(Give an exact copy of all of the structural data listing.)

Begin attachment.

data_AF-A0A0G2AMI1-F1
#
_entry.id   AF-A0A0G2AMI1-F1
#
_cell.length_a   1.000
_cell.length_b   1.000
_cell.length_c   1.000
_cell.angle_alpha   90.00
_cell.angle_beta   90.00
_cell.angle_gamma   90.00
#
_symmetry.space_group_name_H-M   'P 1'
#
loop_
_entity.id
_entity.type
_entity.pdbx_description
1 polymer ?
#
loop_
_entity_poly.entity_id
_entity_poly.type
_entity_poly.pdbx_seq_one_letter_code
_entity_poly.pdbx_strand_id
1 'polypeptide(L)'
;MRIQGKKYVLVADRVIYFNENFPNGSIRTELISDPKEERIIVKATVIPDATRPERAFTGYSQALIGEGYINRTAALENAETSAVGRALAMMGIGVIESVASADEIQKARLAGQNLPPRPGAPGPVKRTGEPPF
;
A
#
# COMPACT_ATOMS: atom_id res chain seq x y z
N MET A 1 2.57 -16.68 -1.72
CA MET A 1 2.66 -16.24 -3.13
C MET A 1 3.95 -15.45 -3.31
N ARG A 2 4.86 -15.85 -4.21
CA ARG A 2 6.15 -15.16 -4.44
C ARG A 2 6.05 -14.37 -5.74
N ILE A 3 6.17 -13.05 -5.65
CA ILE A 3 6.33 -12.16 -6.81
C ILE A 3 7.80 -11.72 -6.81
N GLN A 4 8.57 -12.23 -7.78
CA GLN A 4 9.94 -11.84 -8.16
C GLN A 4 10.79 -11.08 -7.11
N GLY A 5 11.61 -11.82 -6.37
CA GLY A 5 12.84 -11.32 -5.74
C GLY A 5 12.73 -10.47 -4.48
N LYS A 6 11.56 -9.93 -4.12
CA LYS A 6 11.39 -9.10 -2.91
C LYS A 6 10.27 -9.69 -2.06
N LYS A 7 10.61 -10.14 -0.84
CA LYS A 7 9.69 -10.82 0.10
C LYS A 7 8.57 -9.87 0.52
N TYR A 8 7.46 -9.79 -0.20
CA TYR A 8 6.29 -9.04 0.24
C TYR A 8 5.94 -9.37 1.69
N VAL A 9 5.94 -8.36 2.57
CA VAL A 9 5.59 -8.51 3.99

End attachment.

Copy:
data_AF-A0A0G2AMI1-F1
#
_entry.id   AF-A0A0G2AMI1-F1
#
_cell.length_a   1.000
_cell.length_b   1.000
_cell.length_c   1.000
_cell.angle_alpha   90.00
_cell.angle_beta   90.00
_cell.angle_gamma   90.00
#
_symmetry.space_group_name_H-M   'P 1'
#
loop_
_entity.id
_entity.type
_entity.pdbx_description
1 polymer ?
#
loop_
_entity_poly.entity_id
_entity_poly.type
_entity_poly.pdbx_seq_one_letter_code
_entity_poly.pdbx_strand_id
1 'polypeptide(L)'
;MRIQGKKYVLVADRVIYFNENFPNGSIRTELISDPKEERIIVKATVIPDATRPERAFTGYSQALIGEGYINRTAALENAETSAVGRALAMMGIGVIESVASADEIQKARLAGQNLPPRPGAPGPVKRTGEPPF
;
A
#
# COMPACT_ATOMS: atom_id res chain seq x y z
N MET A 1 2.57 -16.68 -1.72
CA MET A 1 2.66 -16.24 -3.13
C MET A 1 3.95 -15.45 -3.31
N ARG A 2 4.86 -15.85 -4.21
CA ARG A 2 6.15 -15.16 -4.44
C ARG A 2 6.05 -14.37 -5.74
N ILE A 3 6.17 -13.05 -5.65
CA ILE A 3 6.33 -12.16 -6.81
C ILE A 3 7.80 -11.72 -6.81
N GLN A 4 8.57 -12.23 -7.78
CA GLN A 4 9.94 -11.84 -8.16
C GLN A 4 10.79 -11.08 -7.11
N GLY A 5 11.61 -11.82 -6.37
CA GLY A 5 12.84 -11.32 -5.74
C GLY A 5 12.73 -10.47 -4.48
N LYS A 6 11.56 -9.93 -4.12
CA LYS A 6 11.39 -9.10 -2.91
C LYS A 6 10.27 -9.69 -2.06
N LYS A 7 10.61 -10.14 -0.84
CA LYS A 7 9.69 -10.82 0.10
C LYS A 7 8.57 -9.87 0.52
N TYR A 8 7.46 -9.79 -0.20
CA TYR A 8 6.29 -9.04 0.24
C TYR A 8 5.94 -9.37 1.69
N VAL A 9 5.94 -8.36 2.57
CA VAL A 9 5.59 -8.51 3.99